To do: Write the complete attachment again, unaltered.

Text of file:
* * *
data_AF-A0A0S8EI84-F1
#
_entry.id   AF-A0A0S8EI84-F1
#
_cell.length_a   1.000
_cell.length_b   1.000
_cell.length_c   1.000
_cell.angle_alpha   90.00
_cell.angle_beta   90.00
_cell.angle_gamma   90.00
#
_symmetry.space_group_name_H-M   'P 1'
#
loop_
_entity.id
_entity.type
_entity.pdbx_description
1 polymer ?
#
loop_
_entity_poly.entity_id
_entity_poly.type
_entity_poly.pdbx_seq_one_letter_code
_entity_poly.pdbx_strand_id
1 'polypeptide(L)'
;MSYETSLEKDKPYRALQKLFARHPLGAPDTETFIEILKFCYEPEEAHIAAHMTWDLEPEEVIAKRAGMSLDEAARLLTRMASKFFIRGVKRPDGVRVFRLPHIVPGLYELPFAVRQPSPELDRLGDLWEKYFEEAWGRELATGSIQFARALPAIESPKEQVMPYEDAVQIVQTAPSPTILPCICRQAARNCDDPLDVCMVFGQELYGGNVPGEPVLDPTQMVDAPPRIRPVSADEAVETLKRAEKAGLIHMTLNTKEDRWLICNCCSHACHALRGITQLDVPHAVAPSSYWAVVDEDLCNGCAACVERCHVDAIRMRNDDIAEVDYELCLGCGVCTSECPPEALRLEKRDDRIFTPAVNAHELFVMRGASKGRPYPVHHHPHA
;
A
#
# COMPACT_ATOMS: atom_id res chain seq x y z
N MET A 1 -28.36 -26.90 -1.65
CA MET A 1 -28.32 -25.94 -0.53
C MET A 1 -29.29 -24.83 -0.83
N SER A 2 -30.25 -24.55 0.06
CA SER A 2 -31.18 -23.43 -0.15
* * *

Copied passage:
data_AF-A0A0S8EI84-F1
#
_entry.id   AF-A0A0S8EI84-F1
#
_cell.length_a   1.000
_cell.length_b   1.000
_cell.length_c   1.000
_cell.angle_alpha   90.00
_cell.angle_beta   90.00
_cell.angle_gamma   90.00
#
_symmetry.space_group_name_H-M   'P 1'
#
loop_
_entity.id
_entity.type
_entity.pdbx_description
1 polymer ?
#
loop_
_entity_poly.entity_id
_entity_poly.type
_entity_poly.pdbx_seq_one_letter_code
_entity_poly.pdbx_strand_id
1 'polypeptide(L)'
;MSYETSLEKDKPYRALQKLFARHPLGAPDTETFIEILKFCYEPEEAHIAAHMTWDLEPEEVIAKRAGMSLDEAARLLTRMASKFFIRGVKRPDGVRVFRLPHIVPGLYELPFAVRQPSPELDRLGDLWEKYFEEAWGRELATGSIQFARALPAIESPKEQVMPYEDAVQIVQTAPSPTILPCICRQAARNCDDPLDVCMVFGQELYGGNVPGEPVLDPTQMVDAPPRIRPVSADEAVETLKRAEKAGLIHMTLNTKEDRWLICNCCSHACHALRGITQLDVPHAVAPSSYWAVVDEDLCNGCAACVERCHVDAIRMRNDDIAEVDYELCLGCGVCTSECPPEALRLEKRDDRIFTPAVNAHELFVMRGASKGRPYPVHHHPHA
;
A
#
# COMPACT_ATOMS: atom_id res chain seq x y z
N MET A 1 -28.36 -26.90 -1.65
CA MET A 1 -28.32 -25.94 -0.53
C MET A 1 -29.29 -24.83 -0.83
N SER A 2 -30.25 -24.55 0.06
CA SER A 2 -31.18 -23.43 -0.15